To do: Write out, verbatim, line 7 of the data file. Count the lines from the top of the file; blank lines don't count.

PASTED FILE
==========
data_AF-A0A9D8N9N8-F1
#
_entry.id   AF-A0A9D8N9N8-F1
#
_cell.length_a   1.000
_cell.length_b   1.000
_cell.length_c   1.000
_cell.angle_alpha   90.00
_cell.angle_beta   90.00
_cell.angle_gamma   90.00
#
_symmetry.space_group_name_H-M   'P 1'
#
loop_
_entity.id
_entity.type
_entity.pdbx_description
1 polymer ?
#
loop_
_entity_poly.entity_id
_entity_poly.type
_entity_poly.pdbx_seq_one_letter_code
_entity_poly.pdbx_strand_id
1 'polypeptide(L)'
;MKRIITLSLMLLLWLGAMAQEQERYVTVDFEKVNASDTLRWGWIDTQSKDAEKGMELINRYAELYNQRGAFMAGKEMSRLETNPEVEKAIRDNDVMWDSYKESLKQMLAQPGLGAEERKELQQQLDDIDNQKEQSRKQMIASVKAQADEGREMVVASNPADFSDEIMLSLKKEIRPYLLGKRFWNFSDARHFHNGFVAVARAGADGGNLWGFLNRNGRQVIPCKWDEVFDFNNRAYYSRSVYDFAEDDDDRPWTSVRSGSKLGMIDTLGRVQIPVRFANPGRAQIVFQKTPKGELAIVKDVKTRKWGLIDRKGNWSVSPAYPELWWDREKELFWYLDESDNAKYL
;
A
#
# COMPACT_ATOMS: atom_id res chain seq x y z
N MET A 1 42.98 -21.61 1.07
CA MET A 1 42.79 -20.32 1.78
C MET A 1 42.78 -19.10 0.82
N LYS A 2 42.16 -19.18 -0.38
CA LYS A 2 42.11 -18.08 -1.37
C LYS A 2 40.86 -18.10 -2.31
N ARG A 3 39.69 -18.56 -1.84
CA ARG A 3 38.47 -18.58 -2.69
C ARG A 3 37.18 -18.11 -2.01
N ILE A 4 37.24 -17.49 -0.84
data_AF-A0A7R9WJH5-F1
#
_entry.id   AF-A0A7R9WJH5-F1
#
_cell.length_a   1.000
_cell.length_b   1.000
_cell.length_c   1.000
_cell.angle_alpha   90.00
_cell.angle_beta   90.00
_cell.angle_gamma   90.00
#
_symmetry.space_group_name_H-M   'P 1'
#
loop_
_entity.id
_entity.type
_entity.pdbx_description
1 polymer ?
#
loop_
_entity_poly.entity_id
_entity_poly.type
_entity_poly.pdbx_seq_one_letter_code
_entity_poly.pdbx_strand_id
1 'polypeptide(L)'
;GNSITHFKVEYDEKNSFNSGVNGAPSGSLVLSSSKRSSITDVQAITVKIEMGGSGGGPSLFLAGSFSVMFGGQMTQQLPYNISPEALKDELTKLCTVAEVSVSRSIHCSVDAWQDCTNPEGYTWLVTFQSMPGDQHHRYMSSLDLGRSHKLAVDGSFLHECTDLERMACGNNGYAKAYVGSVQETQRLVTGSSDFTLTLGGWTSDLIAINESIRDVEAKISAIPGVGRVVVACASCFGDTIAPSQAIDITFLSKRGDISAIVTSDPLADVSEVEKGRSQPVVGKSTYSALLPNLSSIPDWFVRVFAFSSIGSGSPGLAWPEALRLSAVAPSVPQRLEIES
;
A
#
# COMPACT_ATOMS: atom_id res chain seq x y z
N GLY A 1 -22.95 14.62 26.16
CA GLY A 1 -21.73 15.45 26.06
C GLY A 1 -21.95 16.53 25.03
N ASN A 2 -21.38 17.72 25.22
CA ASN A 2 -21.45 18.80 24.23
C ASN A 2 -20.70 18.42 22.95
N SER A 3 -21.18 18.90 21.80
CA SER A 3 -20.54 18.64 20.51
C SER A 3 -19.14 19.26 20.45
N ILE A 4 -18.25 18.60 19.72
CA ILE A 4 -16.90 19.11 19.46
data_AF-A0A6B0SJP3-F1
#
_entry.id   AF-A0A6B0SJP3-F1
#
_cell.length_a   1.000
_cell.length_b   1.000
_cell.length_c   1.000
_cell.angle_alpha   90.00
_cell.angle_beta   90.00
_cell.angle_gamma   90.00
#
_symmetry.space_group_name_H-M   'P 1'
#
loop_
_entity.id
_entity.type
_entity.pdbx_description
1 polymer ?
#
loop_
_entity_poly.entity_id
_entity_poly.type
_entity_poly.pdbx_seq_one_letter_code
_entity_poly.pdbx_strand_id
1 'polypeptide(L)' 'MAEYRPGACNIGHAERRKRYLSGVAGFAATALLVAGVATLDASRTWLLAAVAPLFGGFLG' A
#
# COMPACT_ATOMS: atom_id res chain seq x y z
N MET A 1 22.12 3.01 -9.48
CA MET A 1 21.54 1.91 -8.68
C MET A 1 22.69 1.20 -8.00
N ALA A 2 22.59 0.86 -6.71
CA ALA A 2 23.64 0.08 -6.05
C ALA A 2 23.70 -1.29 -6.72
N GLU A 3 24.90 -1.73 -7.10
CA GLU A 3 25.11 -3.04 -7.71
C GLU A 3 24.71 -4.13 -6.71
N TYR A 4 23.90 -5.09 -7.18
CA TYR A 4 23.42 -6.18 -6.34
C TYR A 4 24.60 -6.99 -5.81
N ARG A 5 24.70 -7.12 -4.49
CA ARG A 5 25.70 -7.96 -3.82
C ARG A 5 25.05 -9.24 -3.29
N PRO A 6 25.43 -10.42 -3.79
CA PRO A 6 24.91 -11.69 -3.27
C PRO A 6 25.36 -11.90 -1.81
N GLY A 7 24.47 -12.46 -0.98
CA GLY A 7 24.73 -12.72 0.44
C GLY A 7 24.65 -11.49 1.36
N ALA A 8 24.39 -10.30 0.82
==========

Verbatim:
_cell.length_c   1.000